Reflecting the growth of large group practices, employed physicians are inching closer to being the majority.
Their ranks swelled to 39% in 1995 from 36% a year earlier. Physicians who own their own practices dropped to 55% from 58%.
The remaining 6% consider themselves independent contractors, such as temporary workers.
Employed physicians generally earn less than those who are self-employed. The pay gap between the two groups had been narrowing for several years, but 1995 saw a halt to that trend, the American Medical Association said in its annual report on physician socioeconomic issues.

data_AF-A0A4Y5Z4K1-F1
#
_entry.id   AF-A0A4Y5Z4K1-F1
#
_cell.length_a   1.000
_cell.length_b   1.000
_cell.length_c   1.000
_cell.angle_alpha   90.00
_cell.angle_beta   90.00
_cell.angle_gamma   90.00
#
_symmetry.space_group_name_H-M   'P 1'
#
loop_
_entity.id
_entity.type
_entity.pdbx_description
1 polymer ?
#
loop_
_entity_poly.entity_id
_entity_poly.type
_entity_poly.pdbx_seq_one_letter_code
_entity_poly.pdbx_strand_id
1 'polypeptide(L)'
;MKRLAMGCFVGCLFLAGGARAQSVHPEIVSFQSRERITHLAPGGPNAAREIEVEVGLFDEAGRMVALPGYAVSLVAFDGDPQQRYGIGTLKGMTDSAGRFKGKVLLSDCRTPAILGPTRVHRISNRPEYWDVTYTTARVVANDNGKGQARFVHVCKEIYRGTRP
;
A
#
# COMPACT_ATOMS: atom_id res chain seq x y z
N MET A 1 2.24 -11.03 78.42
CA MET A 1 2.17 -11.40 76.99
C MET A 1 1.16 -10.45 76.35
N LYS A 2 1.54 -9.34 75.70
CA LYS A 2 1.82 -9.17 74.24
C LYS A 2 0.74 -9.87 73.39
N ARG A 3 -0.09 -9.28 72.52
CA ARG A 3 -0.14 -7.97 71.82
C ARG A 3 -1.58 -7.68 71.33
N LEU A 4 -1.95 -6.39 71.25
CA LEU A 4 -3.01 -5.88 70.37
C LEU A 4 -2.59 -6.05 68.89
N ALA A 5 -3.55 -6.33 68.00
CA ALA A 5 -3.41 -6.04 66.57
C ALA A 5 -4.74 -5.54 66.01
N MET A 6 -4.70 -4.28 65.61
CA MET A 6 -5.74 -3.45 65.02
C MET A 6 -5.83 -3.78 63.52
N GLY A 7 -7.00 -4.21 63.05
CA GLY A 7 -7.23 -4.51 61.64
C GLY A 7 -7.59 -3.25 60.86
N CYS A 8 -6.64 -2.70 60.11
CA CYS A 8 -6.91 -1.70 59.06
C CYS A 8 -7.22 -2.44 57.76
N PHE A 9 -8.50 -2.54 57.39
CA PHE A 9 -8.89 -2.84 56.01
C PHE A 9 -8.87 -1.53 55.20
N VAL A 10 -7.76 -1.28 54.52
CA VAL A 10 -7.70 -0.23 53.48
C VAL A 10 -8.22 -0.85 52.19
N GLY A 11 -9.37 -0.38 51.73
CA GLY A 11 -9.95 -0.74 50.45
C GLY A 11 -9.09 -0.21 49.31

Self-employed physicians enjoyed a 13.1% increase in median income to $199,000. Employed physicians fell further behind, receiving a 4.6% increase to $136,000.
Part of the income differential between the two groups can be attributed to return on entrepreneurship, investment and risk taking, the AMA said. Self-employed physicians also tend to be older and more experienced and work longer hours.